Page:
I often don’t have the words to accurately represent my feelings in the lead up to January 26. I feel heavy, and my heart hurts. When January rolls around each year, I mentally prepare myself for the racism, the passive aggression, the trolls and the articles that come out debating my identity, my rights, my sovereignty as a blackfulla.
January 26 has been celebrated as ‘Australia Day’ only for as long as I’ve been alive – since 1994. Many people around my age were more outraged when Triple J decided to shift the Hottest 100 countdown to another day to be more inclusive, than they were hearing about what this day means to us as First Nations People.
See January 26 isn’t the anniversary of Federation, that happened on 1 January 1901. It’s not a long held tradition either, the first ‘Australia Day’ was held in July in 1915 to raise money for World War 1. Aboriginal People however, have been calling for a Day of Mourning on 26 January since 1938. Some 85 years later, Aboriginal and Torres Strait Islander People still march, for our survival, our mourning, and our rights.
Every year I pull out my flag, my shirt, my earrings and I get ready to march. I sit by the Maiwar and talk to my Dad who is no longer with us, but whose strength and spirit guides me every day.
A number of years ago, I thought that maybe there was merit in celebrating this country on a date that wasn’t synonymous with invasion, genocide, violence and trauma. I tweeted in support of changing the date, I think I even bought a shirt. As I’ve gotten older, attended more and more rallies and protests, and spent time listening to old people and staunch young ones, I’ve realised that changing the date isn’t enough.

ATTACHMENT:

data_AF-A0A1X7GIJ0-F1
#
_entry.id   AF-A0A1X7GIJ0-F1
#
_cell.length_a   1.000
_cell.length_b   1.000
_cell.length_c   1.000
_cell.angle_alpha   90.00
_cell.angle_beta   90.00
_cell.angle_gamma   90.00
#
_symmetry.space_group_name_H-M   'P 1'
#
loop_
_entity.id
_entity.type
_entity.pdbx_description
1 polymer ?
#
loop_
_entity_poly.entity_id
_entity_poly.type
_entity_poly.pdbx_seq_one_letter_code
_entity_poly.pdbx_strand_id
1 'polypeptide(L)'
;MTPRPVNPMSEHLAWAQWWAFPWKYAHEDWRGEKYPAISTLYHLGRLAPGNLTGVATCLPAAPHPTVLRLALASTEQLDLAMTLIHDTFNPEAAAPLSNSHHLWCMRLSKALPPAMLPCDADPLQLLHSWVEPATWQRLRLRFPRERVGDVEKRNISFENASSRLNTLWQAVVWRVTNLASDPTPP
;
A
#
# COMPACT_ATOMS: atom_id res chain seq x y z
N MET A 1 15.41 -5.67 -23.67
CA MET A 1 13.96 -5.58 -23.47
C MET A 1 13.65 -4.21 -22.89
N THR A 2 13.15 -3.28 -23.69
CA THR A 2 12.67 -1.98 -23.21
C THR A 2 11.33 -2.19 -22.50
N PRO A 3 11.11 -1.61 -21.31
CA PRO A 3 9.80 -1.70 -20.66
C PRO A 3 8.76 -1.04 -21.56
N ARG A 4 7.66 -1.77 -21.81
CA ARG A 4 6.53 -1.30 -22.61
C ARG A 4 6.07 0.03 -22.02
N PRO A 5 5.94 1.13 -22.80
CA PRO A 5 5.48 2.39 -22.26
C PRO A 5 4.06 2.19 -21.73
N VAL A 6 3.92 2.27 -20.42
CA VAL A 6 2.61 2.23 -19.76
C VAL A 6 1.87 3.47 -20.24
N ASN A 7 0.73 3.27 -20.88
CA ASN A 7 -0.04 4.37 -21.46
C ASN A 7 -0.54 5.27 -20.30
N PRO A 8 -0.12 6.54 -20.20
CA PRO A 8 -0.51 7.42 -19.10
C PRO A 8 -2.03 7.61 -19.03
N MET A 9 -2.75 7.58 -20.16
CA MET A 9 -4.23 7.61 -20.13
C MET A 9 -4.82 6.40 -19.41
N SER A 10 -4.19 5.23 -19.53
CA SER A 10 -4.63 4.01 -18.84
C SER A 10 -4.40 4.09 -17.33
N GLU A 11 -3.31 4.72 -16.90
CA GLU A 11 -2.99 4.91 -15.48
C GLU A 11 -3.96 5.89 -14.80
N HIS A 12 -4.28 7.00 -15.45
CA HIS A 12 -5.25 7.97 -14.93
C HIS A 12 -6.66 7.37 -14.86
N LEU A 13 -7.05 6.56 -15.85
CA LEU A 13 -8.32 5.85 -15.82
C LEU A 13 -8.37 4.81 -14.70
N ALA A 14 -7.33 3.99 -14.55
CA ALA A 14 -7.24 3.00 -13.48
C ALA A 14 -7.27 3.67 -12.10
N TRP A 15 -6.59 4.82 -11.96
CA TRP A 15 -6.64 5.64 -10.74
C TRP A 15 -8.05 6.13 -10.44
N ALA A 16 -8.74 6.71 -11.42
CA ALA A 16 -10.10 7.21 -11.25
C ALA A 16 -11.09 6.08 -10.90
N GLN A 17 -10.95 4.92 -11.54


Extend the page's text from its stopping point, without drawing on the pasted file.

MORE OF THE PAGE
Changing the date to a presumably less problematic one doesn’t take away the pain – it just moves it on to the next day. This country’s relationship with First Nations People is steeped in pain, and when we march and protest and rally, we’re demanding accountability, acknowledgement and action. Changing the date doesn’t hold governments accountable, it doesn’t acknowledge the mourning and pain our communities feel, and it doesn’t empower us.
Professor Gary Foley once said it’s not the date that needs to change, it’s the nation. Each year the conversation comes up like clockwork about whether we should celebrate, whether we should change, or whether we should abolish the date altogether. While that debate happens, our people march, we organise, we rally, and we protest.
I can’t tell you what to do or what to think, but I can tell you that my community and my people are tired. We have been fighting, surviving, resisting and being resilient for over 200 years and still we must fight. We must fight for our voices to be heard, for our kids to be kept in communities, families and out of prisons, for our land rights to be recognised and respected, for our cultures to be respected and our lives to matter.
This year is no different – I will march on Invasion Day, I will call for this day to be abolished, I will call for accountability from governments and institutions, I will hold space in my heart for all of the warriors we have lost since invasion, and those who can’t march with us. I encourage you to attend a local event if you can, and if you can’t here are some things you can listen to, watch, and read to further your understanding.
Ways to learn more
- Frontier War Stories, Boe Spearim (anywhere you get your podcasts)
- Original Influencers, Digi Youth Arts (anywhere you get your podcasts)
- Talk Black, Get Up (talkblack.org.au)
To watch: (ABC iView)
- Still We Rise
- Dr Charles Perkins Oration 2022 by Larissa Baldwin
- First and Forever: A Celebration of Blak Excellence
- ‘Black and Blue: A memoir of racism and resilience’ by Veronica Gorrie
- ‘Boy from Boomerang Crescent’ by Eddie Betts
- ‘Sister Girl’ by Jackie Huggins
Maggie Munn (they/them) is a Gunggari person and the Indigenous Rights Campaigner for Amnesty International Australia.